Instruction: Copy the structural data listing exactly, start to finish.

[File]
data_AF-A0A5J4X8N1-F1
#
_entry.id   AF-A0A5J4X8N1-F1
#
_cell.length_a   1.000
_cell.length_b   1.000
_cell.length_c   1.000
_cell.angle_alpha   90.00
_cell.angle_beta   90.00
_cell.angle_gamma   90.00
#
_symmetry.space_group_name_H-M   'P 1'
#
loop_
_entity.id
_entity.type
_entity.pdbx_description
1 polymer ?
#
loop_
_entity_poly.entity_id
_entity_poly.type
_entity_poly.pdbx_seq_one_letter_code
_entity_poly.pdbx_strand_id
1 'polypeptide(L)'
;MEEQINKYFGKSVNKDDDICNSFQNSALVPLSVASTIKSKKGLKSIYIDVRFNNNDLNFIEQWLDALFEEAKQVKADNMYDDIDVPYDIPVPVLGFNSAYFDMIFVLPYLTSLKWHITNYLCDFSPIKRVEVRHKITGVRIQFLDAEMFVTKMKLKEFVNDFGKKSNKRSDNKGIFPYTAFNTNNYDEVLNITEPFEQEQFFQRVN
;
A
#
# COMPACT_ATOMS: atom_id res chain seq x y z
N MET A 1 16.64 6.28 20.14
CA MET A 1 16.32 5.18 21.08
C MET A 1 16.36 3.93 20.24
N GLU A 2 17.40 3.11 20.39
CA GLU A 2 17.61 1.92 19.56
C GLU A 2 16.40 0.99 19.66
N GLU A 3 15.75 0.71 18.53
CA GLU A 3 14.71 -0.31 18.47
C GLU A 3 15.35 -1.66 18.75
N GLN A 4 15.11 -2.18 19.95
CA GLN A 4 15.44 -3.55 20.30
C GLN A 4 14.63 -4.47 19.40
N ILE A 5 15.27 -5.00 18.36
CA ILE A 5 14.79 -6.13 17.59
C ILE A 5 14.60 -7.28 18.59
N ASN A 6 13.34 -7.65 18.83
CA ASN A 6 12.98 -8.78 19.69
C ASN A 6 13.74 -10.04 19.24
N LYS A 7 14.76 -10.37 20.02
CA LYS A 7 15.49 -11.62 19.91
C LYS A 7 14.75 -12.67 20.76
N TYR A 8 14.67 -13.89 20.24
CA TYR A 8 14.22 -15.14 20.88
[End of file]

data_AF-A0A5J4X8N1-F1
#
_entry.id   AF-A0A5J4X8N1-F1
#
_cell.length_a   1.000
_cell.length_b   1.000
_cell.length_c   1.000
_cell.angle_alpha   90.00
_cell.angle_beta   90.00
_cell.angle_gamma   90.00
#
_symmetry.space_group_name_H-M   'P 1'
#
loop_
_entity.id
_entity.type
_entity.pdbx_description
1 polymer ?
#
loop_
_entity_poly.entity_id
_entity_poly.type
_entity_poly.pdbx_seq_one_letter_code
_entity_poly.pdbx_strand_id
1 'polypeptide(L)'
;MEEQINKYFGKSVNKDDDICNSFQNSALVPLSVASTIKSKKGLKSIYIDVRFNNNDLNFIEQWLDALFEEAKQVKADNMYDDIDVPYDIPVPVLGFNSAYFDMIFVLPYLTSLKWHITNYLCDFSPIKRVEVRHKITGVRIQFLDAEMFVTKMKLKEFVNDFGKKSNKRSDNKGIFPYTAFNTNNYDEVLNITEPFEQEQFFQRVN
;
A
#
# COMPACT_ATOMS: atom_id res chain seq x y z
N MET A 1 16.64 6.28 20.14
CA MET A 1 16.32 5.18 21.08
C MET A 1 16.36 3.93 20.24
N GLU A 2 17.40 3.11 20.39
CA GLU A 2 17.61 1.92 19.56
C GLU A 2 16.40 0.99 19.66
N GLU A 3 15.75 0.71 18.53
CA GLU A 3 14.71 -0.31 18.47
C GLU A 3 15.35 -1.66 18.75
N GLN A 4 15.11 -2.18 19.95
CA GLN A 4 15.44 -3.55 20.30
C GLN A 4 14.63 -4.47 19.40
N ILE A 5 15.27 -5.00 18.36
CA ILE A 5 14.79 -6.13 17.59
C ILE A 5 14.60 -7.28 18.59
N ASN A 6 13.34 -7.65 18.83
CA ASN A 6 12.98 -8.78 19.69
C ASN A 6 13.74 -10.04 19.24
N LYS A 7 14.76 -10.37 20.02
CA LYS A 7 15.49 -11.62 19.91
C LYS A 7 14.75 -12.67 20.76
N TYR A 8 14.67 -13.89 20.24
CA TYR A 8 14.22 -15.14 20.88